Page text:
We all know that misclassifying employees as independent contractors can result in huge monetary penalties for the employer. You might not have known, however, that such practices can also lead to criminal convictions.
According to recent reports, the owners of a local drywall company were convicted of theft by swindle for mischaracterizing their employees as independent contractors and pocketing over $300,000 of unpaid workers compensation premiums in just one year. They now must serve six months of house arrest, perform community service, pay $30,000 in fines and repay over $300,000 to their insurance provider. Charges of insurance fraud appear to have been dropped under a plea agreement that allowed the company owners to avoid jail time.
The conviction and sentencing in this case brought cheers from representatives of the building trades, who noted that practices like this create unfair competition for jobs between those who follow their legal obligations and those who do not.
It is what it is
It bears repeating that whether a worker is an employee or independent contractor is not typically determined just by what the employer wants or what the parties agree to. This is a legal determination made according to the multi-factor tests that the courts and government agencies use to resolve these questions. While the tests might vary a bit, they generally revolve around the question of who controls the conditions under which the job will be performed (e.g. who sets the schedule, who pays for the materials, is the worker paid hourly or by a set job price, etc.).
Recently, some courts have espoused what is called the “Economic Realities Test” that culls down the multi-factor approaches to two essential factors:
- The nature and degree of the employer’s control over the work; and
- The worker’s opportunity for profit or loss based on personal initiative or investment.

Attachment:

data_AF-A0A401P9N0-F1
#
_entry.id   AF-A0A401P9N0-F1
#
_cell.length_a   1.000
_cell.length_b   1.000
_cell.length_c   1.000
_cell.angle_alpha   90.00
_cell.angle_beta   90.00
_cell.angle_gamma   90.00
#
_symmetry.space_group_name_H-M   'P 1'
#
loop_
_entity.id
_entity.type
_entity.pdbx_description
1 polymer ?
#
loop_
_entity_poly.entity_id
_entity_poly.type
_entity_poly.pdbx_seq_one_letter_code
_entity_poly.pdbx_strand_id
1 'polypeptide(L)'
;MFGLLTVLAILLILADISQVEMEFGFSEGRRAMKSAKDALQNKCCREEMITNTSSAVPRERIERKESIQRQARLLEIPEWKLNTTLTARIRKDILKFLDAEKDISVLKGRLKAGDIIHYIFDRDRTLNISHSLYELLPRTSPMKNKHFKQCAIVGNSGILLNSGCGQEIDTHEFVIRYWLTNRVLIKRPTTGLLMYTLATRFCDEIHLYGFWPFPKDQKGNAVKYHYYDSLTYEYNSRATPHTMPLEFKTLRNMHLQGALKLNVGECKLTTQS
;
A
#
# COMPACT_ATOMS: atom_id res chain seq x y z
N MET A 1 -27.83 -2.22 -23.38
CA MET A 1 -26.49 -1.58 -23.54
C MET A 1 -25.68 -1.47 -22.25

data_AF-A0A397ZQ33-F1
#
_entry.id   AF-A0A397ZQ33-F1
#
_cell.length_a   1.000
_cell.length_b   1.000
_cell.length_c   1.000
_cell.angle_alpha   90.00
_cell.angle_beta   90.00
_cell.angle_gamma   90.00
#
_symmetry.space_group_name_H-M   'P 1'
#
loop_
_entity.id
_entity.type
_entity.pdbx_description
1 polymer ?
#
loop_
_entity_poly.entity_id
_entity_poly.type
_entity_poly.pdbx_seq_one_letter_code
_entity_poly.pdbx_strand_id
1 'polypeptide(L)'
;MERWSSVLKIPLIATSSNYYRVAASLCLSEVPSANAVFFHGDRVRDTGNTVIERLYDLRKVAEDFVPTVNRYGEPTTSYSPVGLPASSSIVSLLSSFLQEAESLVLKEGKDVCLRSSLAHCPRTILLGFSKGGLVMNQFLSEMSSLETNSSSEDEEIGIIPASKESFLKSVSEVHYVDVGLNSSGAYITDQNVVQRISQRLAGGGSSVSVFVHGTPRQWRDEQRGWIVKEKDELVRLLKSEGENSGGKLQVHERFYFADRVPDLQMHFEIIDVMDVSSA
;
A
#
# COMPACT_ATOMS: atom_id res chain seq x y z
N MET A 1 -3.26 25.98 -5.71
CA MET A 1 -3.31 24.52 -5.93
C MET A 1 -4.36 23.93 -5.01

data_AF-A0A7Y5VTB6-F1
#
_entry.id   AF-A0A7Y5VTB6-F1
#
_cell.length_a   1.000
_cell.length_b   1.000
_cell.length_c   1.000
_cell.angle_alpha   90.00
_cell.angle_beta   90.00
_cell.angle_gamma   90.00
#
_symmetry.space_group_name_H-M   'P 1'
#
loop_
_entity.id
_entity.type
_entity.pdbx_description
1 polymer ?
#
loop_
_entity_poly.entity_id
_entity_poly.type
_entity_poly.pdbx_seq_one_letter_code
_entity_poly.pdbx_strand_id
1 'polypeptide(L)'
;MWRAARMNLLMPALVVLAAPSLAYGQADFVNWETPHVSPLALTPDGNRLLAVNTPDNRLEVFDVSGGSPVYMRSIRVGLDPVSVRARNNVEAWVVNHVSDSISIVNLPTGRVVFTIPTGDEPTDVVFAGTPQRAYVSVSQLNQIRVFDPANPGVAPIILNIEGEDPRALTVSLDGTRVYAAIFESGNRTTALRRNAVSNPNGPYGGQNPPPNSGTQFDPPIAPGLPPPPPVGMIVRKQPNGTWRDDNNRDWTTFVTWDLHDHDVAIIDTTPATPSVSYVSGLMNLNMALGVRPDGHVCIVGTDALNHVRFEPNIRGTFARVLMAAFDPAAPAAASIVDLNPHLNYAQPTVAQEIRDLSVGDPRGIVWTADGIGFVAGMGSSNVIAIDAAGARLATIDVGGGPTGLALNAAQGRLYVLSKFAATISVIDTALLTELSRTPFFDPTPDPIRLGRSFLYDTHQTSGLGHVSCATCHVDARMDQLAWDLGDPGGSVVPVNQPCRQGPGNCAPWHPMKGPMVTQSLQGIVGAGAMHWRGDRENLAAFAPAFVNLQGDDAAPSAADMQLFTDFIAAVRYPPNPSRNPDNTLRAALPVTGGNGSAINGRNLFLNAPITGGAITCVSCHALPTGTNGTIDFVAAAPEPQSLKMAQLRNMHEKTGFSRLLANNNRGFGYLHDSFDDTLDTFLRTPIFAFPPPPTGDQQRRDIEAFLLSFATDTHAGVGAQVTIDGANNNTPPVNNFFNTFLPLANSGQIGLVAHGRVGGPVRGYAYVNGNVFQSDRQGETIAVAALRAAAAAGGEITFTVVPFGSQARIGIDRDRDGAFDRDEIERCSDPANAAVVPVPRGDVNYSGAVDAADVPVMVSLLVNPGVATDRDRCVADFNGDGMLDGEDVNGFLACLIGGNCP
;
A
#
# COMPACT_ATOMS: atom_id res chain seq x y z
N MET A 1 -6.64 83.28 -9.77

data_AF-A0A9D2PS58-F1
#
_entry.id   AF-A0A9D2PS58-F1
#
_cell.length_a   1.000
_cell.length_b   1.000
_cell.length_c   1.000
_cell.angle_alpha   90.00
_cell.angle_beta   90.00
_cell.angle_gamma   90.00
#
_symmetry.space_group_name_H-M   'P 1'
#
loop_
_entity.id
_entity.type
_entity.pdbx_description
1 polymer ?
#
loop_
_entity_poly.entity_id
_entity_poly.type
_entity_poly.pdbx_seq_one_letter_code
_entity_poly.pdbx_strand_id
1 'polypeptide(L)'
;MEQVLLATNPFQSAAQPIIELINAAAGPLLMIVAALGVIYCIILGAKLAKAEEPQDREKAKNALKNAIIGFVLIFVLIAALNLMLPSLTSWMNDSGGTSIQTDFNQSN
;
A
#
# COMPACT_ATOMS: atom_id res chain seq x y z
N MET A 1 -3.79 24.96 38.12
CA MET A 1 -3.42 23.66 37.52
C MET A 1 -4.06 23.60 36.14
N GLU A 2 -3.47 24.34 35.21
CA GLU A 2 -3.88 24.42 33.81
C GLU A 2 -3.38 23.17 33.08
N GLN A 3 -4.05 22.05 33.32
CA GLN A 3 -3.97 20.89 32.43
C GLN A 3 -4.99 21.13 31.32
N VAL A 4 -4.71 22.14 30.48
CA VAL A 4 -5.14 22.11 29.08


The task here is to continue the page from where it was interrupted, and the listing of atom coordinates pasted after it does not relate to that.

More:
The Department of Labor recently suggested that they would utilize this test as well, although the results of the recent presidential election may scuttle this proposal before it even gets off the ground.
Regardless of the test that is utilized, it is clear that what the parties want plays a relatively small role in determining how the worker is to be classified. Thus, as with the drywall company mentioned above, huge trouble awaits the employer who decides that workers are independent contractors even though the facts and the law say otherwise.
Misclassifying workers as independent contractors rather than employees, even if done without wrongful intent, can have a dramatic economic impact on the employer in a variety of ways, including:
– Employers could be on the hook for unpaid minimum wage and/or overtime to such workers. This could result in substantial back pay owing to employees if the employer erroneously misclassifies a particular job classification held by a large number of employees;
– Employers may be liable to misclassified workers for the value of benefit plan contributions that should have been made had the workers been properly classified as employees;
– Workers could sue for the costs that they incurred when they were sick or injured and were not able to utilize the employer’s group health insurance plan that would have covered them but for the misclassification.
– IRS penalties may be assessed for failure to withhold taxes properly from payments to workers.
If it can be determined that the hiring entity purposefully misclassified the workers in order to avoid paying insurance carriers and/or deprive workers of coverage to which they are entitled, it seems that criminal prosecution for theft by swindle, insurance fraud and other similar crimes may now be waiting in the wings.
Intentionality may very well be a key to whether criminal prosecution might arise from misclassification. Indeed, the criminal complaint in the case of the drywall company asserted that one of the owners “stated that he was aware that workers at construction sites have been injured and been told not to file claims.” As such, their wrongful intent to profit from misclassification seems to have played a key role here.
Still, the possibility of such prosecution, combined with the stiff monetary disincentive, should be enough to persuade any reasonable employer to check with knowledgeable legal counsel before making a questionable classification decision.